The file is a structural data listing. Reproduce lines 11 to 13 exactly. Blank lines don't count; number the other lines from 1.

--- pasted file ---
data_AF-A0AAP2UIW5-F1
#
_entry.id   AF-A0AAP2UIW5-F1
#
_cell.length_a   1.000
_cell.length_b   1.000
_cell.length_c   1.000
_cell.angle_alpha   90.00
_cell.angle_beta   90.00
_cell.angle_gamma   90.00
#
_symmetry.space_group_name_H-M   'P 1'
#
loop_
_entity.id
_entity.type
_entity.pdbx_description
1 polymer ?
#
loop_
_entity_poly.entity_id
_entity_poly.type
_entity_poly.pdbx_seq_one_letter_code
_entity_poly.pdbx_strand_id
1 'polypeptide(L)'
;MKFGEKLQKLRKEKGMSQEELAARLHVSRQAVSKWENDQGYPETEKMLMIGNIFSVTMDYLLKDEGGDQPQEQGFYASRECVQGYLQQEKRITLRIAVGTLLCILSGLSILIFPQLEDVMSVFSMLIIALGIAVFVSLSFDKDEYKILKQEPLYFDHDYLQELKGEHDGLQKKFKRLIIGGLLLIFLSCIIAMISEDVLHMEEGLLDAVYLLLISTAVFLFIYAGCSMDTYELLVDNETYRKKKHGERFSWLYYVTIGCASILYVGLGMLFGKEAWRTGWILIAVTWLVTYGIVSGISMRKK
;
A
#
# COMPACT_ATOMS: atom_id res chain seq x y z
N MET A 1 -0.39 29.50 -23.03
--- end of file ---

#
_symmetry.space_group_name_H-M   'P 1'
#